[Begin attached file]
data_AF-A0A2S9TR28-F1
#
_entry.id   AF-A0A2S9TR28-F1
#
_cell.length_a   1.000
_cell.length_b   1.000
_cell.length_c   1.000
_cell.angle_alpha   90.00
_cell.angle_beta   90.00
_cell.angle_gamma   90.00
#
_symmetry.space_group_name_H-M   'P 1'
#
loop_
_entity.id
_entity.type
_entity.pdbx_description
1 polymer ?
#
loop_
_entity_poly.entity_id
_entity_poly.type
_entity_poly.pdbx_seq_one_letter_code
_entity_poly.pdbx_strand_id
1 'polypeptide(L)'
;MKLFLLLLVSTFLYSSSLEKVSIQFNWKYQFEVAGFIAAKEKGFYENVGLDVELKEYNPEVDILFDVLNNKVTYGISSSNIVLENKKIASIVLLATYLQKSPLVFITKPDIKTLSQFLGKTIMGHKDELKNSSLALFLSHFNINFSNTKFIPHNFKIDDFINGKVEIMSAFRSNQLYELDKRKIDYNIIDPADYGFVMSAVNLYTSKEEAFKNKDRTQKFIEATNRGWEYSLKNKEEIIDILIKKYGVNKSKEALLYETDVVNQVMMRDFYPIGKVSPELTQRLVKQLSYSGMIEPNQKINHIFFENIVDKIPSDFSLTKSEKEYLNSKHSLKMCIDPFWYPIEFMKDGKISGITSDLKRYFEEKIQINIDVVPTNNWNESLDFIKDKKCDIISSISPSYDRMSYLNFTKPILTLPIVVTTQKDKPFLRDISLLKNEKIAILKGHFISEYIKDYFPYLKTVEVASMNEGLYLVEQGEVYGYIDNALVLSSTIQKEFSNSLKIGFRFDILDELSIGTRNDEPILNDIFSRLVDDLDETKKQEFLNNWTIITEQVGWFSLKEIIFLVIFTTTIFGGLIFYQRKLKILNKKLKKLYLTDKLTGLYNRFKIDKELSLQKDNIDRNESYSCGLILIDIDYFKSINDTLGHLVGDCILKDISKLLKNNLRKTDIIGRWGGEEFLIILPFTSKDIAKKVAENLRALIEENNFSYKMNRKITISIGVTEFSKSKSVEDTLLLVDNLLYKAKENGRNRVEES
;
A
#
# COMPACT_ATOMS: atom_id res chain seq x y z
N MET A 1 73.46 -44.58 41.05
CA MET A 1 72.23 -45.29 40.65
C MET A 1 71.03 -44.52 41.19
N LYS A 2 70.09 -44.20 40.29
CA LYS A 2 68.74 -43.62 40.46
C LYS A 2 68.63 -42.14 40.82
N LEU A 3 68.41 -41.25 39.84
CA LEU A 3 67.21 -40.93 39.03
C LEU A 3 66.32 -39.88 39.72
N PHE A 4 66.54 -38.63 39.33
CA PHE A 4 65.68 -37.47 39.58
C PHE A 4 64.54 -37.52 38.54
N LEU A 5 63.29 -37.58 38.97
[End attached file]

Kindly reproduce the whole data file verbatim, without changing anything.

data_AF-A0A2S9TR28-F1
#
_entry.id   AF-A0A2S9TR28-F1
#
_cell.length_a   1.000
_cell.length_b   1.000
_cell.length_c   1.000
_cell.angle_alpha   90.00
_cell.angle_beta   90.00
_cell.angle_gamma   90.00
#
_symmetry.space_group_name_H-M   'P 1'
#
loop_
_entity.id
_entity.type
_entity.pdbx_description
1 polymer ?
#
loop_
_entity_poly.entity_id
_entity_poly.type
_entity_poly.pdbx_seq_one_letter_code
_entity_poly.pdbx_strand_id
1 'polypeptide(L)'
;MKLFLLLLVSTFLYSSSLEKVSIQFNWKYQFEVAGFIAAKEKGFYENVGLDVELKEYNPEVDILFDVLNNKVTYGISSSNIVLENKKIASIVLLATYLQKSPLVFITKPDIKTLSQFLGKTIMGHKDELKNSSLALFLSHFNINFSNTKFIPHNFKIDDFINGKVEIMSAFRSNQLYELDKRKIDYNIIDPADYGFVMSAVNLYTSKEEAFKNKDRTQKFIEATNRGWEYSLKNKEEIIDILIKKYGVNKSKEALLYETDVVNQVMMRDFYPIGKVSPELTQRLVKQLSYSGMIEPNQKINHIFFENIVDKIPSDFSLTKSEKEYLNSKHSLKMCIDPFWYPIEFMKDGKISGITSDLKRYFEEKIQINIDVVPTNNWNESLDFIKDKKCDIISSISPSYDRMSYLNFTKPILTLPIVVTTQKDKPFLRDISLLKNEKIAILKGHFISEYIKDYFPYLKTVEVASMNEGLYLVEQGEVYGYIDNALVLSSTIQKEFSNSLKIGFRFDILDELSIGTRNDEPILNDIFSRLVDDLDETKKQEFLNNWTIITEQVGWFSLKEIIFLVIFTTTIFGGLIFYQRKLKILNKKLKKLYLTDKLTGLYNRFKIDKELSLQKDNIDRNESYSCGLILIDIDYFKSINDTLGHLVGDCILKDISKLLKNNLRKTDIIGRWGGEEFLIILPFTSKDIAKKVAENLRALIEENNFSYKMNRKITISIGVTEFSKSKSVEDTLLLVDNLLYKAKENGRNRVEES
;
A
#
# COMPACT_ATOMS: atom_id res chain seq x y z
N MET A 1 73.46 -44.58 41.05
CA MET A 1 72.23 -45.29 40.65
C MET A 1 71.03 -44.52 41.19
N LYS A 2 70.09 -44.20 40.29
CA LYS A 2 68.74 -43.62 40.46
C LYS A 2 68.63 -42.14 40.82
N LEU A 3 68.41 -41.25 39.84
CA LEU A 3 67.21 -40.93 39.03
C LEU A 3 66.32 -39.88 39.72
N PHE A 4 66.54 -38.63 39.33
CA PHE A 4 65.68 -37.47 39.58
C PHE A 4 64.54 -37.52 38.54
N LEU A 5 63.29 -37.58 38.97